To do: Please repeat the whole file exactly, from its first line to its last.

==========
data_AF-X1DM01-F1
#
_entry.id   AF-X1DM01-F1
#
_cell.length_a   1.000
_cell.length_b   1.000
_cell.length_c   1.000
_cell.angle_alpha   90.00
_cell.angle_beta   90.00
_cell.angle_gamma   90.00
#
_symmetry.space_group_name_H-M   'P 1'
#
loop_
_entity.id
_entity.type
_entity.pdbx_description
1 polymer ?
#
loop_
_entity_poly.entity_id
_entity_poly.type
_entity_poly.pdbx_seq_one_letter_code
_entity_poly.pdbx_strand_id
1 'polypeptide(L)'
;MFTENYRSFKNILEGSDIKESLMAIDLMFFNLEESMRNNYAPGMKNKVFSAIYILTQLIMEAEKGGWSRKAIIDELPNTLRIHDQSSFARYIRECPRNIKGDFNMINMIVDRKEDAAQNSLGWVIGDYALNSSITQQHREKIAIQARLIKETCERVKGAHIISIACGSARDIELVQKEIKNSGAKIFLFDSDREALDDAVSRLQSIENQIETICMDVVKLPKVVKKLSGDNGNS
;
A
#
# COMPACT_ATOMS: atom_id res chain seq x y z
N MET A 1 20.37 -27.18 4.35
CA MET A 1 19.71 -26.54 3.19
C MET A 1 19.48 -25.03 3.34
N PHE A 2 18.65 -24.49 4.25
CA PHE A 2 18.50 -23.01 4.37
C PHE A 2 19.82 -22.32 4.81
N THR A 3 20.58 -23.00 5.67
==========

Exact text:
data_AF-X1DM01-F1
#
_entry.id   AF-X1DM01-F1
#
_cell.length_a   1.000
_cell.length_b   1.000
_cell.length_c   1.000
_cell.angle_alpha   90.00
_cell.angle_beta   90.00
_cell.angle_gamma   90.00
#
_symmetry.space_group_name_H-M   'P 1'
#
loop_
_entity.id
_entity.type
_entity.pdbx_description
1 polymer ?
#
loop_
_entity_poly.entity_id
_entity_poly.type
_entity_poly.pdbx_seq_one_letter_code
_entity_poly.pdbx_strand_id
1 'polypeptide(L)'
;MFTENYRSFKNILEGSDIKESLMAIDLMFFNLEESMRNNYAPGMKNKVFSAIYILTQLIMEAEKGGWSRKAIIDELPNTLRIHDQSSFARYIRECPRNIKGDFNMINMIVDRKEDAAQNSLGWVIGDYALNSSITQQHREKIAIQARLIKETCERVKGAHIISIACGSARDIELVQKEIKNSGAKIFLFDSDREALDDAVSRLQSIENQIETICMDVVKLPKVVKKLSGDNGNS
;
A
#
# COMPACT_ATOMS: atom_id res chain seq x y z
N MET A 1 20.37 -27.18 4.35
CA MET A 1 19.71 -26.54 3.19
C MET A 1 19.48 -25.03 3.34
N PHE A 2 18.65 -24.49 4.25
CA PHE A 2 18.50 -23.01 4.37
C PHE A 2 19.82 -22.32 4.81
N THR A 3 20.58 -23.00 5.67